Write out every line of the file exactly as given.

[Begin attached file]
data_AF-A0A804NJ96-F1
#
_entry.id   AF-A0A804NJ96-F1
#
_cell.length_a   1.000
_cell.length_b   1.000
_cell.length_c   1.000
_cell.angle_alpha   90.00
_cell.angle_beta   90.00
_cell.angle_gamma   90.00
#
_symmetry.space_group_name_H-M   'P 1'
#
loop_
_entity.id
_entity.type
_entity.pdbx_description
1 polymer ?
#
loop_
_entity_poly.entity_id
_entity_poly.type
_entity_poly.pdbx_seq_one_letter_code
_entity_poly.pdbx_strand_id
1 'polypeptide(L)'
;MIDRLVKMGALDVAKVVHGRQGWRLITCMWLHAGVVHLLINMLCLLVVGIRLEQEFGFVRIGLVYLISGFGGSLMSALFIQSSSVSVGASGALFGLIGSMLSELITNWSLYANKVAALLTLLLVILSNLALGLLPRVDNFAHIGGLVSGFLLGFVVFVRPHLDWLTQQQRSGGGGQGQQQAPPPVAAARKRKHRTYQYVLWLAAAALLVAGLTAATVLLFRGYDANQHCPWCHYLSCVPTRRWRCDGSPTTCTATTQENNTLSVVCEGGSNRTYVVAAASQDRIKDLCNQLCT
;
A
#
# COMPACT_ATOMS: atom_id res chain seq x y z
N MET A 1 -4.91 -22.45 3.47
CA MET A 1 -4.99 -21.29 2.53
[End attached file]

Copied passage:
data_AF-A0A804NJ96-F1
#
_entry.id   AF-A0A804NJ96-F1
#
_cell.length_a   1.000
_cell.length_b   1.000
_cell.length_c   1.000
_cell.angle_alpha   90.00
_cell.angle_beta   90.00
_cell.angle_gamma   90.00
#
_symmetry.space_group_name_H-M   'P 1'
#
loop_
_entity.id
_entity.type
_entity.pdbx_description
1 polymer ?
#
loop_
_entity_poly.entity_id
_entity_poly.type
_entity_poly.pdbx_seq_one_letter_code
_entity_poly.pdbx_strand_id
1 'polypeptide(L)'
;MIDRLVKMGALDVAKVVHGRQGWRLITCMWLHAGVVHLLINMLCLLVVGIRLEQEFGFVRIGLVYLISGFGGSLMSALFIQSSSVSVGASGALFGLIGSMLSELITNWSLYANKVAALLTLLLVILSNLALGLLPRVDNFAHIGGLVSGFLLGFVVFVRPHLDWLTQQQRSGGGGQGQQQAPPPVAAARKRKHRTYQYVLWLAAAALLVAGLTAATVLLFRGYDANQHCPWCHYLSCVPTRRWRCDGSPTTCTATTQENNTLSVVCEGGSNRTYVVAAASQDRIKDLCNQLCT
;
A
#
# COMPACT_ATOMS: atom_id res chain seq x y z
N MET A 1 -4.91 -22.45 3.47
CA MET A 1 -4.99 -21.29 2.53